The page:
In the United States, as in many countries, local governments often provide fire protection. In general — there are exceptions, but they’re still rare enough to make news — this is a free service, available to everyone who lives in whatever jurisdiction provides it. No one has to sign up or pay for coverage. To most people, I suppose, this is a normal and reasonable thing to do.
One effect of fire protection is to stop peoples’ homes from burning down. As it happens, rich people are more likely to own homes than poor people. And when people with lower incomes do own houses, they are generally less expensive. So, the distributional effect of preventing houses from burning is clearly regressive.
Why should everyone have to pay to keep millionaires’ mansions from burning? Modern apartment buildings probably aren’t even at that great risk of fire, what with sprinkler systems and so on. It’s the big houses up in the hills that are in the greatest danger.
So now comes a new mayor — let’s call him Mayor Pete — who proposes to abolish the municipal fire department and replace it with private fire services that people can contract with. Maybe he’ll take a page from ACA and have gold, silver, and bronze levels of fire protection, sold on exchanges. It’s smart to build on what works, after all.
Naturally there will be means-tested vouchers for poor people to pay for fire protection. Or we can, say, cap the cost of fire protection at some percent of household income, with the difference made up by a subsidy. Just be sure you can fully document your income and assets each year, and don’t forget to fill out the forms. Of course, not everyone needs fire protection — the homeless are free to opt out, and renters can decide for themselves if they prefer a building with fire coverage or cheaper rent.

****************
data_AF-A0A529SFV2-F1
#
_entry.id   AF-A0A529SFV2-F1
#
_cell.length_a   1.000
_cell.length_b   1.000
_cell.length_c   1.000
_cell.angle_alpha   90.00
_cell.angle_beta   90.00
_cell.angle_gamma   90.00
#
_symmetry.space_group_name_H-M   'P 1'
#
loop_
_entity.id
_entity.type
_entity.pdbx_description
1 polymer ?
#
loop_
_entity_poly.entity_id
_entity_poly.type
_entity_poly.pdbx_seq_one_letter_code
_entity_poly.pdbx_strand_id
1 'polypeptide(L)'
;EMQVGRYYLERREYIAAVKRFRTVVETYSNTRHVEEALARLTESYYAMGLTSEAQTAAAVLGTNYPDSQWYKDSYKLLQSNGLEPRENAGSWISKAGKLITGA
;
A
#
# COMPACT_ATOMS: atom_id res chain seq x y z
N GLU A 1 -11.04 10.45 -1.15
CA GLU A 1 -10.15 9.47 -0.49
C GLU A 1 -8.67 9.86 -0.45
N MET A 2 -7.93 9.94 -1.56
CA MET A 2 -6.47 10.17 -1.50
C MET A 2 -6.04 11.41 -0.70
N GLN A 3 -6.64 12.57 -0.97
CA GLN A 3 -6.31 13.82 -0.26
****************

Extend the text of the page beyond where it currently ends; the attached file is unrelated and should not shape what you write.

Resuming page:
Obviously, I am making an analogy with free college. And obviously, people who don’t support free college (and probably many who do) are going to reject this analogy. Here are some possible counterarguments:
- Everyone wants to not die in a fire. Not everyone wants to go to college.
- If someone falls through the cracks and doesn’t get fire coverage, the effects can be catastrophic — loss of home and possessions, serious injury, death. If some people end up unable to attend college, that is certainly unfortunate but not a disaster in the same way.
- It’s much more efficient to have a single fire service serving a whole area than to have lots of different contractors providing different levels of coverage in overlapping areas. There would be wasteful duplication of facilities, equipment, and personnel, and in an emergency, confusion about who was responsible for what.
- If one house is allowed to burn, that creates major risks for the houses nearby. Because fire spreads, fire protection isn’t something you can really opt into or out of on an individual level.
These are not unreasonable objections. On the other hand, we can debate how different fire service and college education really are on these dimensions.
Mike Konczal or I might say that they are not really so different — that many of the same practical considerations that favor a single free, universal system of fire protection also apply to college. We might say that higher education is not a luxury in the contemporary United States, and that if measures to keep the rich from getting a free education at a public college end up also excluding some non-rich people — as they inevitably will — that is a major cost. We might say that the machinery of assessing eligibility for various subsidies, vouchers, etc., collecting fees, and excluding or penalizing those who haven’t paid, is immensely wasteful. We might say that the benefits of higher education are social and public, and that these broader benefits are undermined when education is treated as a private good.